” …supervene on any of a broad class of physical substrates. Provided a system implements the right sort of computational structures and processes, it can be associated with conscious experiences. It is not an essential property of consciousness that it is implemented on carbon-based biological neural networks inside a cranium: silicon-based processors inside a computer could in principle do the trick as well.

Basically, Substrate Independence is the idea that consciousness can take many forms, only one of which is carbon-based biological neural networks. This form of Substrate Independence is pretty hard grasp, which is why Bostrom argues that the full form of Substrate Independence isn’t actually needed for an ancestor simulation. Really, the only form of Substrate Independence needed to create an ancestor simulation is a computer program running well enough to pass the Turing Test with flying colors.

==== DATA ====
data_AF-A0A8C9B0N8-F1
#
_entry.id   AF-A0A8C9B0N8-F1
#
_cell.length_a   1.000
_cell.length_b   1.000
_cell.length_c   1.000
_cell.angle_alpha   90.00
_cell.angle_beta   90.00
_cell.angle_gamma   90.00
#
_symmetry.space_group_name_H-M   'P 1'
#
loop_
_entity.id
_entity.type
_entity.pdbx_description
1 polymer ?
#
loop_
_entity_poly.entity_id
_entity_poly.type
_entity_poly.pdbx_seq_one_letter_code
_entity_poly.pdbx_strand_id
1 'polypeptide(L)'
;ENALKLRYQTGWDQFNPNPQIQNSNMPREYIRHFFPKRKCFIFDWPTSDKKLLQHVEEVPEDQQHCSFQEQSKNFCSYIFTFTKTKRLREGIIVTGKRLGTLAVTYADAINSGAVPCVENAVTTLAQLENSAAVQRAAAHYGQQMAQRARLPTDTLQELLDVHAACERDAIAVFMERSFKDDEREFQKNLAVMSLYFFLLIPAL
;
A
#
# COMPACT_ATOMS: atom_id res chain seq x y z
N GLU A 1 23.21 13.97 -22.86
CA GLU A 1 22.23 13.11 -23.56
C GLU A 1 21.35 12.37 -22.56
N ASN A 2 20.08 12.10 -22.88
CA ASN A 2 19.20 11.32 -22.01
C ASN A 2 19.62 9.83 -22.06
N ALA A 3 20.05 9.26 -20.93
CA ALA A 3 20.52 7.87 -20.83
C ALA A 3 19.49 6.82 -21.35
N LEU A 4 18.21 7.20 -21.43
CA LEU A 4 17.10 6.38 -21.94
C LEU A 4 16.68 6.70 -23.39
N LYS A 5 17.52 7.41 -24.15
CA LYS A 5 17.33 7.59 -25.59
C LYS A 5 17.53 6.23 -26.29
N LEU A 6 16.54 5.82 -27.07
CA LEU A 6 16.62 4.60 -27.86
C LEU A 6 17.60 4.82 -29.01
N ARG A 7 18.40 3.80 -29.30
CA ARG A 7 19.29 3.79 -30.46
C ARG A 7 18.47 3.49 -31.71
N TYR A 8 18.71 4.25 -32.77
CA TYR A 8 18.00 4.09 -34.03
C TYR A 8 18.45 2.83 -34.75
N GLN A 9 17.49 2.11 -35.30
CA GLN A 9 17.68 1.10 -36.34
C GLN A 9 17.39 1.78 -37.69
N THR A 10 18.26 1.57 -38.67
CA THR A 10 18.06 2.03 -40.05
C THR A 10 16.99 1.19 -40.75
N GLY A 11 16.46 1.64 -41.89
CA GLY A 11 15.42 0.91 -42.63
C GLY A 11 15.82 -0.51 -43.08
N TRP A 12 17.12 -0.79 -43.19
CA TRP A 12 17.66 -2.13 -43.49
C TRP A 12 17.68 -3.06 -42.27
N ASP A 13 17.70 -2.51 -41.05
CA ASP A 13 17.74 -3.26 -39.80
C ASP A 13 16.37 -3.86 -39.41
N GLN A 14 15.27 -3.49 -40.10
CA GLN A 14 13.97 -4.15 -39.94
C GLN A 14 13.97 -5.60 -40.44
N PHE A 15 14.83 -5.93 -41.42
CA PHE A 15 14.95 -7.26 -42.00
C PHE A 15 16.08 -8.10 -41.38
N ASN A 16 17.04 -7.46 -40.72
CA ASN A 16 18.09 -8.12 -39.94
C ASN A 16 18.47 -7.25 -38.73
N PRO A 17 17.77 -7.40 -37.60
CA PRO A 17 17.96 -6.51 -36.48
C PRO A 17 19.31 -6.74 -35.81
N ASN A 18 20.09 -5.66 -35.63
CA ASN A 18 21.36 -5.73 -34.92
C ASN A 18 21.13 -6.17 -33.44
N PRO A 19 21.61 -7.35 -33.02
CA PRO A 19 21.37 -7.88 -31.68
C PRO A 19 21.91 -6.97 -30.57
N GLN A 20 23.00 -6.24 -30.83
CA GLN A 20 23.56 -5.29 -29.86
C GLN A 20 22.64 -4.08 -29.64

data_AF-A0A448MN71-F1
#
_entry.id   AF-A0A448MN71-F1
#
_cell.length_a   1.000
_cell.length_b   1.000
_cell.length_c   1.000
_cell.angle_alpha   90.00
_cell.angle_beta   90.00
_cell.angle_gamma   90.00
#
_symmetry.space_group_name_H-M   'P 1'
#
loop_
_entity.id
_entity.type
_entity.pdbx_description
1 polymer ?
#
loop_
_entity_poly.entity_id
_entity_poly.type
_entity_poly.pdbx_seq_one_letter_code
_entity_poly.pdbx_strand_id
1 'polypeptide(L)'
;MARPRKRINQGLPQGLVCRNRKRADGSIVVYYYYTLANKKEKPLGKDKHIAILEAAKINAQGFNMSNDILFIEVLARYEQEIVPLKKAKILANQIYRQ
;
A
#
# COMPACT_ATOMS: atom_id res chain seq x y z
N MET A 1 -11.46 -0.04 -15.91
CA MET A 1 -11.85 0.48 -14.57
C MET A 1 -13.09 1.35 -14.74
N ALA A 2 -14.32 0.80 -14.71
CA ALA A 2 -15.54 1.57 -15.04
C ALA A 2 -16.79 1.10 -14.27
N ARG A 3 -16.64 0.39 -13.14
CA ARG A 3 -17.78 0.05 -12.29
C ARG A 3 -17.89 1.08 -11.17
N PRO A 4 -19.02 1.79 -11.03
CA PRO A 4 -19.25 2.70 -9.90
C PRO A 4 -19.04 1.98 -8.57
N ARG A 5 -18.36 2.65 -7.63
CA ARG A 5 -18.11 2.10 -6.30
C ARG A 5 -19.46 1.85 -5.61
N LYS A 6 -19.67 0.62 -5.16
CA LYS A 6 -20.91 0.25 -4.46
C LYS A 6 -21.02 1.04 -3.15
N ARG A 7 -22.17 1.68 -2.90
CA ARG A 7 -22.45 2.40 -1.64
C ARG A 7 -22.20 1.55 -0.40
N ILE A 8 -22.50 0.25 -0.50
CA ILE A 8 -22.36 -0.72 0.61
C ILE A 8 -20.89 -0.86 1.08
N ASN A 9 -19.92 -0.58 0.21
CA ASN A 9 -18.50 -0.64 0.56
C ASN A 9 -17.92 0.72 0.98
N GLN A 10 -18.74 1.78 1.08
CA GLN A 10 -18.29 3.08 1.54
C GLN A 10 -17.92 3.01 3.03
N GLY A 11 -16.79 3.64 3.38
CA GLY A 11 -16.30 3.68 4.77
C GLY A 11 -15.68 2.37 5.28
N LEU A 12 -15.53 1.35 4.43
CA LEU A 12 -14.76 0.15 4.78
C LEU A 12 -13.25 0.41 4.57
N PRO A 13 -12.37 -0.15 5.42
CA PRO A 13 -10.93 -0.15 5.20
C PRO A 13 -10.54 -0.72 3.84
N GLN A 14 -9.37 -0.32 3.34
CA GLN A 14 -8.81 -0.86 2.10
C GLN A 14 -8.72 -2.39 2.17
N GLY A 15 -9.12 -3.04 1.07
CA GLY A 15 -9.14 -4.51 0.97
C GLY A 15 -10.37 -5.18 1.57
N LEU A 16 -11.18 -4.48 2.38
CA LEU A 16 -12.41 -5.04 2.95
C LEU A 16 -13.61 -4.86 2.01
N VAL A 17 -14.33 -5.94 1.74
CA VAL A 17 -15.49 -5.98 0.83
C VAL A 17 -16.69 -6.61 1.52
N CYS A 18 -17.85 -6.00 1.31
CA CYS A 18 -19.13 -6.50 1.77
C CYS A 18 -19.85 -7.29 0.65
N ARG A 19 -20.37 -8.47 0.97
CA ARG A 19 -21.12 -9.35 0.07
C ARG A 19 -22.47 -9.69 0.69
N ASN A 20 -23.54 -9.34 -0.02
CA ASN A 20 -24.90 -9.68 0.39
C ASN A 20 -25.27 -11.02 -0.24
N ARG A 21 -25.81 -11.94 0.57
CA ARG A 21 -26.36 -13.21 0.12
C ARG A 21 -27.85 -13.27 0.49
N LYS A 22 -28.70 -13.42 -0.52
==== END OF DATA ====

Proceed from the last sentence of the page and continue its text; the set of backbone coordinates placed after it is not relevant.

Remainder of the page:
Besides Substrate Independence, most of the rest of the Simulation Argument is fairly simple. Since we have already deduced that there is likely to be at least one ancestor simulation in existence, the likelihood that we are living in that simulation is pretty high. The logic behind this is that the ancestor simulation doesn’t have a set birth rate that can’t be manipulated. The simulation could have as many simulated people in it as they want – though this is stated as obvious, when it is also debatable — and there would be many orders of magnitude more simulated people than actual human people not in a simulation, and even more if there are multiple simulations running at the same time. The present-day parallel is to online video games MMORPGs, which are constantly getting bigger and bigger, with many more characters made in those games than real humans born every second.